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Original research article
Long-term outcomes after intervention for pulmonary atresia with intact ventricular septum
  1. Lydia K Wright1,2,
  2. Jessica H Knight3,
  3. Amanda S Thomas1,
  4. Matthew E Oster1,2,
  5. James D St Louis4,
  6. Lazaros K Kochilas1,2
  1. 1 Department of Pediatrics, Emory University School of Medicine, Atlanta, Georgia, USA
  2. 2 Sibley Heart Center, Children’s Healthcare of Atlanta, Atlanta, GA
  3. 3 Department of Epidemiology and Biostatistics, University of Georgia School of Public Health, Athens, GA
  4. 4 Department of Pediatric Surgery, University of Missouri-Kansas City School of Medicine, Kansas City, Missouri, USA
  1. Correspondence to Dr Lazaros K Kochilas, Department of Pediatrics, Emory University School of Medicine and Children’s Healthcare of Atlanta, Atlanta GA 30341, USA; lazaros.Kochilas{at}emory.edu

Abstract

Objective Pulmonary atresia with intact ventricular septum (PA/IVS) can be treated by various operative and catheter-based interventions. We aim to understand the long-term transplant-free survival of patients with PA/IVS by treatment strategy.

Methods Cohort study from the Pediatric Cardiac Care Consortium, a multi-institutional registry with prospectively acquired outcome data after linkage with the National Death Index and the Organ Procurement and Transplantation Network.

Results Eligible patients underwent neonatal surgery or catheter-based intervention for PA/IVS between 1982 and 2003 (median follow-up of 16.7 years, IQR: 12.6–22.7). Over the study period, 616 patients with PA/IVS underwent one of three initial interventions: aortopulmonary shunt, right ventricular decompression or both. Risk factors for death at initial intervention included earlier birth era (1982–1992), chromosomal abnormality and atresia of one or both coronary ostia. Among survivors of neonatal hospitalisation (n=491), there were 99 deaths (4 post-transplant) and 10 transplants (median age of death or transplant 0.7 years, IQR: 0.3–1.8 years). Definite repair or last-stage palliation was achieved in the form of completed two-ventricle repair (n=201), one-and-a-half ventricle (n=39) or Fontan (n=96). Overall 20-year survival was 66%, but for patients discharged alive after definitive repair, it reached 97.6% for single-ventricle patients, 90.9% for those with one-and-a-half ventricle and 98.0% for those with complete two-ventricle repair (log-rank p=0.052).

Conclusions Transplant-free survival in PA/IVS is poor due to significant infantile and interstage mortality. Survival into early adulthood is excellent for patients reaching completion of their intended path independent of type of repair.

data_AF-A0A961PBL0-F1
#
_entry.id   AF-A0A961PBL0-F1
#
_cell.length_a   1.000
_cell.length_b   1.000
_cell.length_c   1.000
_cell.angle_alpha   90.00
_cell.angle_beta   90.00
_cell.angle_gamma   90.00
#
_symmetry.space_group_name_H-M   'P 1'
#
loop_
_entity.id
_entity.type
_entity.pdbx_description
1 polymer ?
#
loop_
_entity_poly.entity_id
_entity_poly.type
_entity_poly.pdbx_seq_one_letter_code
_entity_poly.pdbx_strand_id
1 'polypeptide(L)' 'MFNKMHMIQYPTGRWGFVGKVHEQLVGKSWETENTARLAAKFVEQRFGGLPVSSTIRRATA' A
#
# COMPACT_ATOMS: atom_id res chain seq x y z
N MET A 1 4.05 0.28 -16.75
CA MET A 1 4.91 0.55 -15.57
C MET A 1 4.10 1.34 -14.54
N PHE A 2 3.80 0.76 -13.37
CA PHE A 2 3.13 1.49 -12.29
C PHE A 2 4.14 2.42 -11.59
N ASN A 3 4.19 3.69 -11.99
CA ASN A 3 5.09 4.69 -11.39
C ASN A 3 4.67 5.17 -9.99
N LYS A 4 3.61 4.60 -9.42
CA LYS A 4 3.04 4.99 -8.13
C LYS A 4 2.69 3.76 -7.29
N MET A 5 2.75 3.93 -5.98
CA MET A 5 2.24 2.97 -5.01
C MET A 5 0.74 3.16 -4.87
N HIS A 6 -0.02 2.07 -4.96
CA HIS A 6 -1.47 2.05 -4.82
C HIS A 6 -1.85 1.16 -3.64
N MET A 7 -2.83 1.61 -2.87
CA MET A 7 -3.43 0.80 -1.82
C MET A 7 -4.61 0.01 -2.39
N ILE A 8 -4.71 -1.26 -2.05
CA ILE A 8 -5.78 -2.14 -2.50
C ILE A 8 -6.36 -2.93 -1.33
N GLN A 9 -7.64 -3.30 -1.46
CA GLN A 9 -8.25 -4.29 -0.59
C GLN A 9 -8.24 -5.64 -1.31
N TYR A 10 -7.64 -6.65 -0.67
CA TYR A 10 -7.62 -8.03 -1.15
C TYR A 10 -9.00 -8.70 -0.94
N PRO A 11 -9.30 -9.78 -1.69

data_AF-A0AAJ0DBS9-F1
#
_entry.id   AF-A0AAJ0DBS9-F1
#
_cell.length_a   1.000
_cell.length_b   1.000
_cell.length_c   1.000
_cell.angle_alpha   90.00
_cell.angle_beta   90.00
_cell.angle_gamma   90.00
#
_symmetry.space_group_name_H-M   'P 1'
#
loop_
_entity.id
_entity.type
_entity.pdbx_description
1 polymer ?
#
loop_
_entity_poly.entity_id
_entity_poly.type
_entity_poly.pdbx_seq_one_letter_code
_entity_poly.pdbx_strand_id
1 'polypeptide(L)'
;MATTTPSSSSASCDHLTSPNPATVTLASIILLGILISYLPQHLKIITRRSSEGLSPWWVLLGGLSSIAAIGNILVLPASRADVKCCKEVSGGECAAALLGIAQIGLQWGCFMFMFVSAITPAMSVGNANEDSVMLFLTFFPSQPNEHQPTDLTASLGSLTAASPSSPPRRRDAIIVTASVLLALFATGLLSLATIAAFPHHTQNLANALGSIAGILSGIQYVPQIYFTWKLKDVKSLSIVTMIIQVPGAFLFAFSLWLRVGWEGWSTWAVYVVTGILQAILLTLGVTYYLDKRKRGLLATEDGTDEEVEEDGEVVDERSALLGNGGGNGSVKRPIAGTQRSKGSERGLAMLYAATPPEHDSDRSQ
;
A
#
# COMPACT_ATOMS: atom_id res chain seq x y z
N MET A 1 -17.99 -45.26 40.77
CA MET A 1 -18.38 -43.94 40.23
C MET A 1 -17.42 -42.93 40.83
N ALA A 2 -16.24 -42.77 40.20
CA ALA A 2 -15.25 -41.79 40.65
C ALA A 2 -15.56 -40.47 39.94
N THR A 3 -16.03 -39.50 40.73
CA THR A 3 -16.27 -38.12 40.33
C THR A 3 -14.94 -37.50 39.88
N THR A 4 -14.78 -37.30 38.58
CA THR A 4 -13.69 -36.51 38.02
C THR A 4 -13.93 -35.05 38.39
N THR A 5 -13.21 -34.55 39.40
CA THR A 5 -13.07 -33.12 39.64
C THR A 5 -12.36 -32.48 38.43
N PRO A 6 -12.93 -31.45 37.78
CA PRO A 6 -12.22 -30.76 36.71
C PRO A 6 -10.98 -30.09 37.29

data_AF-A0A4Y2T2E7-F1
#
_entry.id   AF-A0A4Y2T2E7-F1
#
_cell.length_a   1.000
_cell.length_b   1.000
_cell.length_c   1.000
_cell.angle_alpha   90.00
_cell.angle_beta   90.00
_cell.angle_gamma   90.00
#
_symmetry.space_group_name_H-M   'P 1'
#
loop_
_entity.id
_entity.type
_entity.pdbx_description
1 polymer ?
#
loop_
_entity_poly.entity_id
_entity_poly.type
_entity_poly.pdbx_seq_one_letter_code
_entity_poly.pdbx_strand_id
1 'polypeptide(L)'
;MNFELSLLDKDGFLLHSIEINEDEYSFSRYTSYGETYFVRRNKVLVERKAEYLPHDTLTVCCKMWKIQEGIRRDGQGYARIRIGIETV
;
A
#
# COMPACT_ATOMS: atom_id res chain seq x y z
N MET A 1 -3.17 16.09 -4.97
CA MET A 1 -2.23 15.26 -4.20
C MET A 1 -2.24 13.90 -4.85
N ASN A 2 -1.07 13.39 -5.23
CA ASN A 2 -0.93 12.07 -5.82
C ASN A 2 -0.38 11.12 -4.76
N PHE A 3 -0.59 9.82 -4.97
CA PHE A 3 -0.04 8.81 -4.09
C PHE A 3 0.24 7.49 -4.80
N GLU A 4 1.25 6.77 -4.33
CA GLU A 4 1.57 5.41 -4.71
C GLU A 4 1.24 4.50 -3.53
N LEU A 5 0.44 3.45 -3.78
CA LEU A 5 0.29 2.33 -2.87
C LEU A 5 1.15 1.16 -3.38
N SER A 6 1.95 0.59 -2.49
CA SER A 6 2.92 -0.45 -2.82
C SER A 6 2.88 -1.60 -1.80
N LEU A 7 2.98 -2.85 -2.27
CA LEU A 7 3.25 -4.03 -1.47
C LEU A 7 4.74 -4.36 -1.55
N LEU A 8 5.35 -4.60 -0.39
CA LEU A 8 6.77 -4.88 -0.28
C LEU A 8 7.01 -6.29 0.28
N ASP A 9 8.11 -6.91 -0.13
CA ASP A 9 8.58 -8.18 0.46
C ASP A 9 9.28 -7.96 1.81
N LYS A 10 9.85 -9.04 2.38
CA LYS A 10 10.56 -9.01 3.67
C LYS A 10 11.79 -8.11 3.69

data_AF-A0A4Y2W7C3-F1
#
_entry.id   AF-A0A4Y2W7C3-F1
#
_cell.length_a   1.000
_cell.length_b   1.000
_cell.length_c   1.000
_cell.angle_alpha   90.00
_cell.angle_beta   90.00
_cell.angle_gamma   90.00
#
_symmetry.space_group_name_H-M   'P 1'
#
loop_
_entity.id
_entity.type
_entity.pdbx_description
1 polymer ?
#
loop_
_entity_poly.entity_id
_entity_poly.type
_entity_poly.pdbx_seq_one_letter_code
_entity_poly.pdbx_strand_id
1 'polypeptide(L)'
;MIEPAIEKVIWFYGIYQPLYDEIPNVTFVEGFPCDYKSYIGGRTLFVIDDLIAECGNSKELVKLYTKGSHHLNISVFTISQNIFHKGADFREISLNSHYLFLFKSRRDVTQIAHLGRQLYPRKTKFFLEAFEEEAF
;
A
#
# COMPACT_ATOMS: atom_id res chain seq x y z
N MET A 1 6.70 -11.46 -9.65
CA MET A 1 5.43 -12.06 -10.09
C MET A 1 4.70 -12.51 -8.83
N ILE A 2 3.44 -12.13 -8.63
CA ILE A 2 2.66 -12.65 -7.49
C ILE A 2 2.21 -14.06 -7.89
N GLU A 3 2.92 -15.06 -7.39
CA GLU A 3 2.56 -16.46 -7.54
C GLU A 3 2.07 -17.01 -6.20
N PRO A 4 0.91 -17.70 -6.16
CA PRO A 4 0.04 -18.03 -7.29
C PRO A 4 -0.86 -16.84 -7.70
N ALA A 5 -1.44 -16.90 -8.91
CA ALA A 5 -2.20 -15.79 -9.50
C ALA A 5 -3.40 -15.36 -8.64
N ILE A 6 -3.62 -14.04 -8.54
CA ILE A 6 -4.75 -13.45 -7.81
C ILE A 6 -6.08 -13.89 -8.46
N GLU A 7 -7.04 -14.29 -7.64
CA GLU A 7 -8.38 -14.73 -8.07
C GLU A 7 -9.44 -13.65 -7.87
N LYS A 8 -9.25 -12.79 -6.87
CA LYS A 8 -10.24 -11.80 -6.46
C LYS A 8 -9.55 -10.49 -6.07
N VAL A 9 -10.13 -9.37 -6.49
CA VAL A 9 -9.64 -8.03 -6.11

• pulmonary atresia
  • congenital heart defect
  • congenital heart surgery
  • long-term outcomes
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Footnotes

  • Contributors LKW and LKK conceived and designed the study. Data acquisition was performed by LKW and AST. Statistical analyses were performed by JHK and AST. MEO and JDSL provided data interpretation and critical revision of the manuscript. LKW, LKK and JHK drafted the manuscript and all authors approved the final version. LKW and LKK are responsible for the overall content as guarantors.

  • Funding This study was supported by the National Heart, Lung, and Blood Institute (R01 HL122392).

  • Disclaimer The data reported here have been supplied by the United Network for Organ Sharing (UNOS) as the contractor for the Organ Procurement and Transplantation Network (OPTN). The interpretation and reporting of these data are the responsibility of the author(s) and in no way should be seen as an official policy of or interpretation by the OPTN or the US Government.

  • Competing interests None declared.

  • Ethics approval The study was approved by the institutional review board at Emory University, the National Death Index and the United Network for Organ Sharing that maintains the Organ Procurement and Transplantation Network.

  • Provenance and peer review Not commissioned; externally peer reviewed.

  • Data sharing statement A database of included patients was created from the larger PCCC database and is available in spreadsheet form. Additional unpublished data include additional cardiac surgeries or catheter-based procedures undergone in a PCCC centre. This can be shared by contacting the corresponding author.

  • Patient consent for publication Not required.

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